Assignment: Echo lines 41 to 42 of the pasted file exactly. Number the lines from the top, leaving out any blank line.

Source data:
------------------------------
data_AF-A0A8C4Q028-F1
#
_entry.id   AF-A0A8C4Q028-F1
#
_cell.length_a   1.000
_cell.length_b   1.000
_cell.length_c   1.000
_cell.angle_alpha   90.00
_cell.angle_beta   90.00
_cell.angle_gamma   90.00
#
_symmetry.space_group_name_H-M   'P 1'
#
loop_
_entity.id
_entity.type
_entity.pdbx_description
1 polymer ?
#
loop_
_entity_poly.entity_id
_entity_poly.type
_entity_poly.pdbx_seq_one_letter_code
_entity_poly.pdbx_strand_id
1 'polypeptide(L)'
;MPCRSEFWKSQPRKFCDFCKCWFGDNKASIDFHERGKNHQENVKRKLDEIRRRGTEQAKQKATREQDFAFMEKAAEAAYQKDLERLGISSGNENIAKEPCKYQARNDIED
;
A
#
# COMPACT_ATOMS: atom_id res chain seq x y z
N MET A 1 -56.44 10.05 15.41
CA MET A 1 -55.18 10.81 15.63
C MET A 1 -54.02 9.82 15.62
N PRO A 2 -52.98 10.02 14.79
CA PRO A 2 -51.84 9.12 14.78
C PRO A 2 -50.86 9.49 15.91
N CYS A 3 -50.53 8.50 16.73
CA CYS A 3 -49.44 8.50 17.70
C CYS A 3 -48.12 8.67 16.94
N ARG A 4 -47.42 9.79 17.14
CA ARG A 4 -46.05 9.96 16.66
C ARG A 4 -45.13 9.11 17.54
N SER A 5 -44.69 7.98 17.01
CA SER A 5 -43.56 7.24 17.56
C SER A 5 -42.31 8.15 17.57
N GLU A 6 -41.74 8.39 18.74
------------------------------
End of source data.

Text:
CA ARG A 4 -46.05 9.96 16.66
C ARG A 4 -45.13 9.11 17.54